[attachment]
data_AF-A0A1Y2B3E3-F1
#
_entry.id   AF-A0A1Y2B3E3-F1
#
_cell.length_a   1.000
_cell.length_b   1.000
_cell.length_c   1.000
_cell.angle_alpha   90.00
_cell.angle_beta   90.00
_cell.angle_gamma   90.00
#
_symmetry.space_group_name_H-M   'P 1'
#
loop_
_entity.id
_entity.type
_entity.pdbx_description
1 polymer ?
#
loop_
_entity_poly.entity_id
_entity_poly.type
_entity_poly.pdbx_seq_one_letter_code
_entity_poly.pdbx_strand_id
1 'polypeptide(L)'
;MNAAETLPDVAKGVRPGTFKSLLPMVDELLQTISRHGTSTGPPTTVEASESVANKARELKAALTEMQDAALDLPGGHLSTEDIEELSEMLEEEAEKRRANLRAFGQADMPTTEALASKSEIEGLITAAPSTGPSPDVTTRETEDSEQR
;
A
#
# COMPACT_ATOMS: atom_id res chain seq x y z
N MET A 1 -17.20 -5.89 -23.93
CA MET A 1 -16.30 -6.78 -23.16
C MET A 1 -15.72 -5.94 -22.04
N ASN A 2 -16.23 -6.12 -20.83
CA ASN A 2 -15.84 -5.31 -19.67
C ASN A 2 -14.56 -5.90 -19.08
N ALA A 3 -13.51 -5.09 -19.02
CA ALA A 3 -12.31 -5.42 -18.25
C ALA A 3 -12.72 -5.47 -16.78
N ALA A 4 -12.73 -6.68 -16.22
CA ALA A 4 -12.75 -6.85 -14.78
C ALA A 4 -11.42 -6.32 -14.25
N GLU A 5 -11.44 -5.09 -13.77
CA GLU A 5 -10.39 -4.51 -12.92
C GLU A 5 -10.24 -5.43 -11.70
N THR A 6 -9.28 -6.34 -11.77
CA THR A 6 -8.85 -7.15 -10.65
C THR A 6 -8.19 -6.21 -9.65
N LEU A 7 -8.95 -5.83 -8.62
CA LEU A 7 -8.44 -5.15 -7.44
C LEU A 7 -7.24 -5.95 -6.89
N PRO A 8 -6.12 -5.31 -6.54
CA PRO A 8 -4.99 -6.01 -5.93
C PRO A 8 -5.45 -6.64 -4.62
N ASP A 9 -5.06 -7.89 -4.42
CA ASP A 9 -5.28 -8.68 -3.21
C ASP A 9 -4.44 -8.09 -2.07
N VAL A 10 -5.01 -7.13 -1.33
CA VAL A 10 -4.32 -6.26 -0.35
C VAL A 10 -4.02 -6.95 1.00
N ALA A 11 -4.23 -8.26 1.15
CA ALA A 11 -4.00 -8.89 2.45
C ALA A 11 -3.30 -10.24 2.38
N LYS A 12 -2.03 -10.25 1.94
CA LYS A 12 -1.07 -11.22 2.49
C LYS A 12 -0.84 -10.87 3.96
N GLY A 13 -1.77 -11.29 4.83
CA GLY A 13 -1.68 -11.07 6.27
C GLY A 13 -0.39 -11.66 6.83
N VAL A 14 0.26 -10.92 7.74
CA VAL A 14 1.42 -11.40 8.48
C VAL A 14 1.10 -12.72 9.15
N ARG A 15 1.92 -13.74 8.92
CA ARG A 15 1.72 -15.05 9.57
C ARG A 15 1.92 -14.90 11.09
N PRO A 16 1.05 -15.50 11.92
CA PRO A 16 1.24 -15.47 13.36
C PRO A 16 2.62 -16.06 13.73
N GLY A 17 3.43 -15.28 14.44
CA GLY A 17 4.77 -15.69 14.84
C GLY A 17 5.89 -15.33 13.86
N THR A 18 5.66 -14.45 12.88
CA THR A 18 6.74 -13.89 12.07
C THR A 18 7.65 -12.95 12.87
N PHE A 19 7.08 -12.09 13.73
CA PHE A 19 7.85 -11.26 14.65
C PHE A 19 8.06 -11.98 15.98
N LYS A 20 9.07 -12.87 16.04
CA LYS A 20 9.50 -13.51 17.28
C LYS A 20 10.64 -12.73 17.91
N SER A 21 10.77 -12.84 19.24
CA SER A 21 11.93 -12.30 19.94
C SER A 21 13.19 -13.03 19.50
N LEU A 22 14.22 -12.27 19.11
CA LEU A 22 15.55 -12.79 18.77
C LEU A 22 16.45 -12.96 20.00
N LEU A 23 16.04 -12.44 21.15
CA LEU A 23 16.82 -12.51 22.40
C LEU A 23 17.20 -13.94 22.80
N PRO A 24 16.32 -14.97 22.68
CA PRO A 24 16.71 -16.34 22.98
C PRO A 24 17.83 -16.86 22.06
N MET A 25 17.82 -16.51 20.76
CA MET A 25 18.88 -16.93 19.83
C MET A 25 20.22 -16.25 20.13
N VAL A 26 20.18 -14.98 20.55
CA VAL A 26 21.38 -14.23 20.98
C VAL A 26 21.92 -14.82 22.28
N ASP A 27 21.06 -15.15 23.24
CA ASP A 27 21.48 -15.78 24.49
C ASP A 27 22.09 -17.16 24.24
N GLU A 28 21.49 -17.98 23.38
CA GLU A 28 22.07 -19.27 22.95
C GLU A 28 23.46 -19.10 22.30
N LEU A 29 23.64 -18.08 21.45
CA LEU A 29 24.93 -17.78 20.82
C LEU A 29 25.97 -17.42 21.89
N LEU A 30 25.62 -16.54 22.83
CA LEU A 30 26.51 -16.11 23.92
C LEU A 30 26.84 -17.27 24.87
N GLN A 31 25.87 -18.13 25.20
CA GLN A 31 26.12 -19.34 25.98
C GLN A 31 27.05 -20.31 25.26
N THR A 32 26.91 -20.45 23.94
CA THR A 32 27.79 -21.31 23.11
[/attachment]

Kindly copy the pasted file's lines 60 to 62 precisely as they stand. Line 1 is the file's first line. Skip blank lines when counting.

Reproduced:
C VAL A 10 -4.02 -6.95 1.00
N ALA A 11 -4.23 -8.26 1.15
CA ALA A 11 -4.00 -8.89 2.45